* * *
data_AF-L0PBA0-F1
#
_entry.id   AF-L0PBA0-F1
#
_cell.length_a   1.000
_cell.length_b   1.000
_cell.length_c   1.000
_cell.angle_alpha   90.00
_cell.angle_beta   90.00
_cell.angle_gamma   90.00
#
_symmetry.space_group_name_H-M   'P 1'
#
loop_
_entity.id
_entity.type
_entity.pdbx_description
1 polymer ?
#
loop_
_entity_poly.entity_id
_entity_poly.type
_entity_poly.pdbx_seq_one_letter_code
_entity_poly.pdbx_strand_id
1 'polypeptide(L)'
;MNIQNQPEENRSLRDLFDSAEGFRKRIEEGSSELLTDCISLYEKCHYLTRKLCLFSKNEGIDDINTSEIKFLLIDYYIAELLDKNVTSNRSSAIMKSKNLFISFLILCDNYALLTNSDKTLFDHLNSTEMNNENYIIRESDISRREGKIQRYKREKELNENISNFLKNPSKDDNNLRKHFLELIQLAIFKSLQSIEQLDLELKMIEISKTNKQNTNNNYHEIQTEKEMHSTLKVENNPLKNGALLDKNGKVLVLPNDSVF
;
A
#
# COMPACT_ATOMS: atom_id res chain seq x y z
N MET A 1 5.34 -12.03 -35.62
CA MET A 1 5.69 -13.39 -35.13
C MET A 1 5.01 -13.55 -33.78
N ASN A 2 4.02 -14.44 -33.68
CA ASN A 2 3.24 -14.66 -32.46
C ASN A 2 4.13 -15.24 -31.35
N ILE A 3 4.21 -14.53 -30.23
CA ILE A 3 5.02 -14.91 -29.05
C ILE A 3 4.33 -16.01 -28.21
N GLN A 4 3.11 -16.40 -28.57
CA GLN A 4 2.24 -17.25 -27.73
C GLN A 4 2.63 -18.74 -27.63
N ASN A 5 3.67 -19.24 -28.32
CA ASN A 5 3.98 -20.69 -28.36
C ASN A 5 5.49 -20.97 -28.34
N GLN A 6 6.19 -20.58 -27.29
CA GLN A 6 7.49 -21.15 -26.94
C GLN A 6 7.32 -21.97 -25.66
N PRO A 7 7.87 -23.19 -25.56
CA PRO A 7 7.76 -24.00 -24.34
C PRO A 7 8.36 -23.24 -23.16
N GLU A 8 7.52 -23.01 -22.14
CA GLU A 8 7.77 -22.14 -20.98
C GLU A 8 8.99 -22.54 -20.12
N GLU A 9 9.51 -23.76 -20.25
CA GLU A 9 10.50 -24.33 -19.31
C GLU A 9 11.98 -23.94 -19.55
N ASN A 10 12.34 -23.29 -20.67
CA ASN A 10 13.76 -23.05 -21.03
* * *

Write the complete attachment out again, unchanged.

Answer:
data_AF-L0PBA0-F1
#
_entry.id   AF-L0PBA0-F1
#
_cell.length_a   1.000
_cell.length_b   1.000
_cell.length_c   1.000
_cell.angle_alpha   90.00
_cell.angle_beta   90.00
_cell.angle_gamma   90.00
#
_symmetry.space_group_name_H-M   'P 1'
#
loop_
_entity.id
_entity.type
_entity.pdbx_description
1 polymer ?
#
loop_
_entity_poly.entity_id
_entity_poly.type
_entity_poly.pdbx_seq_one_letter_code
_entity_poly.pdbx_strand_id
1 'polypeptide(L)'
;MNIQNQPEENRSLRDLFDSAEGFRKRIEEGSSELLTDCISLYEKCHYLTRKLCLFSKNEGIDDINTSEIKFLLIDYYIAELLDKNVTSNRSSAIMKSKNLFISFLILCDNYALLTNSDKTLFDHLNSTEMNNENYIIRESDISRREGKIQRYKREKELNENISNFLKNPSKDDNNLRKHFLELIQLAIFKSLQSIEQLDLELKMIEISKTNKQNTNNNYHEIQTEKEMHSTLKVENNPLKNGALLDKNGKVLVLPNDSVF
;
A
#
# COMPACT_ATOMS: atom_id res chain seq x y z
N MET A 1 5.34 -12.03 -35.62
CA MET A 1 5.69 -13.39 -35.13
C MET A 1 5.01 -13.55 -33.78
N ASN A 2 4.02 -14.44 -33.68
CA ASN A 2 3.24 -14.66 -32.46
C ASN A 2 4.13 -15.24 -31.35
N ILE A 3 4.21 -14.53 -30.23
CA ILE A 3 5.02 -14.91 -29.05
C ILE A 3 4.33 -16.01 -28.21
N GLN A 4 3.11 -16.40 -28.57
CA GLN A 4 2.24 -17.25 -27.73
C GLN A 4 2.63 -18.74 -27.63
N ASN A 5 3.67 -19.24 -28.32
CA ASN A 5 3.98 -20.69 -28.36
C ASN A 5 5.49 -20.97 -28.34
N GLN A 6 6.19 -20.58 -27.29
CA GLN A 6 7.49 -21.15 -26.94
C GLN A 6 7.32 -21.97 -25.66
N PRO A 7 7.87 -23.19 -25.56
CA PRO A 7 7.76 -24.00 -24.34
C PRO A 7 8.36 -23.24 -23.16
N GLU A 8 7.52 -23.01 -22.14
CA GLU A 8 7.77 -22.14 -20.98
C GLU A 8 8.99 -22.54 -20.12
N GLU A 9 9.51 -23.76 -20.25
CA GLU A 9 10.50 -24.33 -19.31
C GLU A 9 11.98 -23.94 -19.55
N ASN A 10 12.34 -23.29 -20.67
CA ASN A 10 13.76 -23.05 -21.03